Strategic environmental Analysis (SEA): is a systematic process, aiming to ensure that environmental and possibly other sustainability aspects are considered effectively in policy, plan and programme making. Mostly an SEA is conducted before a corresponding Environmental Impact Assessment (EIA) is undertaken. This means that information on the environmental impact of a plan can cascade down through the tiers of decision making and can be used in an EIA at a later stage. Applying SEA to development co-operation provides the environmental evidence to support more informed decisions making, and to identify new opportunities by encouraging a systematic and through examination of development options.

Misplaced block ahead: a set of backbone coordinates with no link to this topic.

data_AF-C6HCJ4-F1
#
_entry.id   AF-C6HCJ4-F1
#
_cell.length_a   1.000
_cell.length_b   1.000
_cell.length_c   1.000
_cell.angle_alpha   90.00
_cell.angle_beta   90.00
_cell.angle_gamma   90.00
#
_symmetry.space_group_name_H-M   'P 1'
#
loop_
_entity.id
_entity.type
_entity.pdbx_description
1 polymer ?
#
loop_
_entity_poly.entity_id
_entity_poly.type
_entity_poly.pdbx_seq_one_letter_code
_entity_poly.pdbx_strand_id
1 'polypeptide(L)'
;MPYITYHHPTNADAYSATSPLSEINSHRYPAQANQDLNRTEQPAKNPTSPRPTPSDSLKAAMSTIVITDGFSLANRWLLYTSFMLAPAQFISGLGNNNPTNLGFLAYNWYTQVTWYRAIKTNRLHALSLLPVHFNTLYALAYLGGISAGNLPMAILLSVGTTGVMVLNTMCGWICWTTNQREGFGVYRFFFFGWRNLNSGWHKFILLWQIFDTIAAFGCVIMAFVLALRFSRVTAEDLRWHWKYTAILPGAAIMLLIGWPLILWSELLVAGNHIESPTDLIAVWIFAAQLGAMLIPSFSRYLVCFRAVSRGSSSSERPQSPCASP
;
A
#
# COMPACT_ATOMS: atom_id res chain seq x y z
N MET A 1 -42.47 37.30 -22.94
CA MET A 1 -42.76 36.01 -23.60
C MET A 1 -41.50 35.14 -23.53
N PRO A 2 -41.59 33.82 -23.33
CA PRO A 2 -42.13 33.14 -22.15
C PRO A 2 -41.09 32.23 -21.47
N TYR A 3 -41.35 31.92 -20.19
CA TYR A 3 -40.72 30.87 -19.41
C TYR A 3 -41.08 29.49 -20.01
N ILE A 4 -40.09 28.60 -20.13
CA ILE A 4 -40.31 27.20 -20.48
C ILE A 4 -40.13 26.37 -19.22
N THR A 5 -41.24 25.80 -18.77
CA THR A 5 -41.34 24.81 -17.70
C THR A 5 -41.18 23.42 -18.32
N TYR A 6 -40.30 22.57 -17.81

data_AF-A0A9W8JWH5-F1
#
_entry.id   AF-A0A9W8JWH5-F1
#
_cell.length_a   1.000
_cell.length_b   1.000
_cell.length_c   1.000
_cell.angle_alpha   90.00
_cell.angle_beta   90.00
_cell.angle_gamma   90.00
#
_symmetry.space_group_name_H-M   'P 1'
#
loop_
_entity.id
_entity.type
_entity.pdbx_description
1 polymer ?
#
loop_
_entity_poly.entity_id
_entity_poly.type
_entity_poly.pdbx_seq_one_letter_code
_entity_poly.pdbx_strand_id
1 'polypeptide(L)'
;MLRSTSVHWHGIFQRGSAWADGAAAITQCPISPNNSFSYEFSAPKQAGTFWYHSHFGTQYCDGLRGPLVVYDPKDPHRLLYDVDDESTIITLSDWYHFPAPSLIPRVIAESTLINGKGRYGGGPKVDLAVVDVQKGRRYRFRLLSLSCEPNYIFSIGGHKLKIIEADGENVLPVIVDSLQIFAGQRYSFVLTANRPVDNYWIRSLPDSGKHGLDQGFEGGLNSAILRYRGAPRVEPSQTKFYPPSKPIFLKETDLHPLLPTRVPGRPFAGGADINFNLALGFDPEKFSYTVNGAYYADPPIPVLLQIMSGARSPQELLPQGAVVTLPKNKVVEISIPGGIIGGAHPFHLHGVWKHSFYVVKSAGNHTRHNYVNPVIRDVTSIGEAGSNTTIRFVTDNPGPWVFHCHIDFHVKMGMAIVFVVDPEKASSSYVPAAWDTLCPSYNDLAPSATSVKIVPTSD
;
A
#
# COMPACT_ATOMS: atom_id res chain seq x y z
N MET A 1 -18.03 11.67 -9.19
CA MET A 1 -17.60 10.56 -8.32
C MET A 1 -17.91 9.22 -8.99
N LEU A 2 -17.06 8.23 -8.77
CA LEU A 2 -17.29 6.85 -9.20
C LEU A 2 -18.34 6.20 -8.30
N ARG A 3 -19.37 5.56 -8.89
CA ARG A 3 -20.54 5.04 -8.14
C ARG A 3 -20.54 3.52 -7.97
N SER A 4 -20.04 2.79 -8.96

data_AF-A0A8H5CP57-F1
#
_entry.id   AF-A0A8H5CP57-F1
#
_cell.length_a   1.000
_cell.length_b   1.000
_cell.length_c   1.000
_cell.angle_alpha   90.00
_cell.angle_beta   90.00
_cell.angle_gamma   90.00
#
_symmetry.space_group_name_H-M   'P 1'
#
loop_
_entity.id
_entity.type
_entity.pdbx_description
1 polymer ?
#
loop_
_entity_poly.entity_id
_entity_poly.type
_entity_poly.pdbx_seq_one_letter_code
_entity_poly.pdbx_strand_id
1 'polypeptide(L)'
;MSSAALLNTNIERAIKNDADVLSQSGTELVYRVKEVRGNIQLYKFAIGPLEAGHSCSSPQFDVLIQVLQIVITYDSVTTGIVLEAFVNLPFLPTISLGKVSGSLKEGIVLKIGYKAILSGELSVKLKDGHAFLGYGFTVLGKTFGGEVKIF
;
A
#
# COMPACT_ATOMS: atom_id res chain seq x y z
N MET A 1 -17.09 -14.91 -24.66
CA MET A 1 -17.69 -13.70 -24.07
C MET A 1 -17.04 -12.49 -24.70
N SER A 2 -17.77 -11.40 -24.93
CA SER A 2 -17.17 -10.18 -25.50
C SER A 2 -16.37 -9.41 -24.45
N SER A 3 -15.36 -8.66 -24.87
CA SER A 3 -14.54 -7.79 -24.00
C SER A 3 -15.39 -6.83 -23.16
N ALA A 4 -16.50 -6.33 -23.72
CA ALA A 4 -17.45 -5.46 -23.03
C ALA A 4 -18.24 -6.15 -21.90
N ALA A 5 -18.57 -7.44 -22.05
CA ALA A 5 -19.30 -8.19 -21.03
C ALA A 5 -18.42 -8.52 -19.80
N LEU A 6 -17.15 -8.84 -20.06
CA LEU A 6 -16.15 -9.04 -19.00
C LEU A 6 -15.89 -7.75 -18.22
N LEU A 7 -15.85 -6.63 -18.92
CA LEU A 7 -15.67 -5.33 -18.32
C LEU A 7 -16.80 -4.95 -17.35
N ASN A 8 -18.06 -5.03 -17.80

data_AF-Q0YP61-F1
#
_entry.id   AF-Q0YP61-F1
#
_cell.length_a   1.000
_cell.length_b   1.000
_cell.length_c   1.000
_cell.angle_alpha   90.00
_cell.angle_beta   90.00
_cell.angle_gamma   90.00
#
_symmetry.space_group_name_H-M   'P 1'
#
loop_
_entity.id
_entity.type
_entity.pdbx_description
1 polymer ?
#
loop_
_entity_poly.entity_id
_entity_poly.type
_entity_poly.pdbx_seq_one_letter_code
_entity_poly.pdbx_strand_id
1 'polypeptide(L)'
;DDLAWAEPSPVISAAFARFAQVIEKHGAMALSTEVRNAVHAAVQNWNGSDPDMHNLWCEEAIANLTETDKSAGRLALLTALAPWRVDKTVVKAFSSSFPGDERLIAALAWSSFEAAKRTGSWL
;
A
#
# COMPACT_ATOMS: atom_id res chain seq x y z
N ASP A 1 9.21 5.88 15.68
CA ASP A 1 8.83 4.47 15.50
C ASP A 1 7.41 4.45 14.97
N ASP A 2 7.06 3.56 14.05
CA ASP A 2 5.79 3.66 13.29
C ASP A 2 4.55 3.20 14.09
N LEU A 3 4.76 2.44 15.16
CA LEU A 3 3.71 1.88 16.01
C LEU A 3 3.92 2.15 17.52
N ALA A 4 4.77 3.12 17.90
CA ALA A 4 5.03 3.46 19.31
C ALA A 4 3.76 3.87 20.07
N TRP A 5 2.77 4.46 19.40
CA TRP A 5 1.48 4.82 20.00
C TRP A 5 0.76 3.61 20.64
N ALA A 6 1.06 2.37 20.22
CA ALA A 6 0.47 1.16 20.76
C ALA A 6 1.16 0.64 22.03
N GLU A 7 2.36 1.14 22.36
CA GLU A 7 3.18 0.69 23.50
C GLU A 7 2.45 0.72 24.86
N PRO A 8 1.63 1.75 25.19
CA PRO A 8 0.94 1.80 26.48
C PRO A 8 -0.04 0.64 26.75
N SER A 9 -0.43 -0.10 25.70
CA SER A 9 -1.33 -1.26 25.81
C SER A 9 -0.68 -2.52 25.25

Environmental Impact Assessment (EIA): UNEP defines an EIA as a tool used to identify the environment, social and economic impacts of a project prior to decision making. It aims to predict environmental impacts at an early stage in project planning and design, makes proposals to reduce adverse impacts, shapes projects to suit the local environment and presents predictions and options to decision makers.